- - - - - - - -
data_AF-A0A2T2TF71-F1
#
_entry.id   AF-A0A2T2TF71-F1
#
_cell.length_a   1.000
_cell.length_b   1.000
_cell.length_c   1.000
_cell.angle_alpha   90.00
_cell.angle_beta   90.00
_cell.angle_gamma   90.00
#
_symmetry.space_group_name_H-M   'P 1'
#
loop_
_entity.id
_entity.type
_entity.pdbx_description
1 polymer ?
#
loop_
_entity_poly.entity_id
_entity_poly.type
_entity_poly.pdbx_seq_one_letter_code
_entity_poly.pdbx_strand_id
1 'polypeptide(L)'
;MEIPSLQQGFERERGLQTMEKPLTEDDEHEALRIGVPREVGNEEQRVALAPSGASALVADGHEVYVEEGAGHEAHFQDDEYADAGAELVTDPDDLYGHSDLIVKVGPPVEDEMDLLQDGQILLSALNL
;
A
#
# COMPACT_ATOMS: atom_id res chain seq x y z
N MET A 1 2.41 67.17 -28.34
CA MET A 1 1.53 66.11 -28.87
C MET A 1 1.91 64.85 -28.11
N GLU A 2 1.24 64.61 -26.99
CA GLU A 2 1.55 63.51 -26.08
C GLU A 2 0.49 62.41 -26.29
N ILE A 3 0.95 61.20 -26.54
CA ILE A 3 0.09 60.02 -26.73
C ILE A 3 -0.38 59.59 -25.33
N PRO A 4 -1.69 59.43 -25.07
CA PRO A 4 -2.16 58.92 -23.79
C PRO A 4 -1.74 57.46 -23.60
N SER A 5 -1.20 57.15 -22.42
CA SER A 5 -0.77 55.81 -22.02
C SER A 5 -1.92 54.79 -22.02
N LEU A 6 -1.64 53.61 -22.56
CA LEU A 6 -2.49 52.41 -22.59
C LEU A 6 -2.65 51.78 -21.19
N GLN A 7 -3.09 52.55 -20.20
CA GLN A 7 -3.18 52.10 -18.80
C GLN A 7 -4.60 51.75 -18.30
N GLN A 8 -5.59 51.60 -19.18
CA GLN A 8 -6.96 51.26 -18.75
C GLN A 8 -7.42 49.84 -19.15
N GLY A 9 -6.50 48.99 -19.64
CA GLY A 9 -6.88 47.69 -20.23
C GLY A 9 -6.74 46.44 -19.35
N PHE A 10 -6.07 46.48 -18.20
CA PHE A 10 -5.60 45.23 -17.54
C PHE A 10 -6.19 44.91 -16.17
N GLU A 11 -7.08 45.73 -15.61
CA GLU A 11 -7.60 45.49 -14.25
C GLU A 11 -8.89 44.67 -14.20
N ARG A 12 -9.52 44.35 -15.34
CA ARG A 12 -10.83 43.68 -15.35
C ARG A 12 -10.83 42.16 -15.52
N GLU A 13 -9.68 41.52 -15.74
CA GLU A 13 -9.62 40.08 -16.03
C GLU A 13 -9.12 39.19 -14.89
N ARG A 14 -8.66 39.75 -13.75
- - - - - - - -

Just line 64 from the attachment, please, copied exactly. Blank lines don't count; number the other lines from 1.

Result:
N ARG A 12 -9.52 44.35 -15.34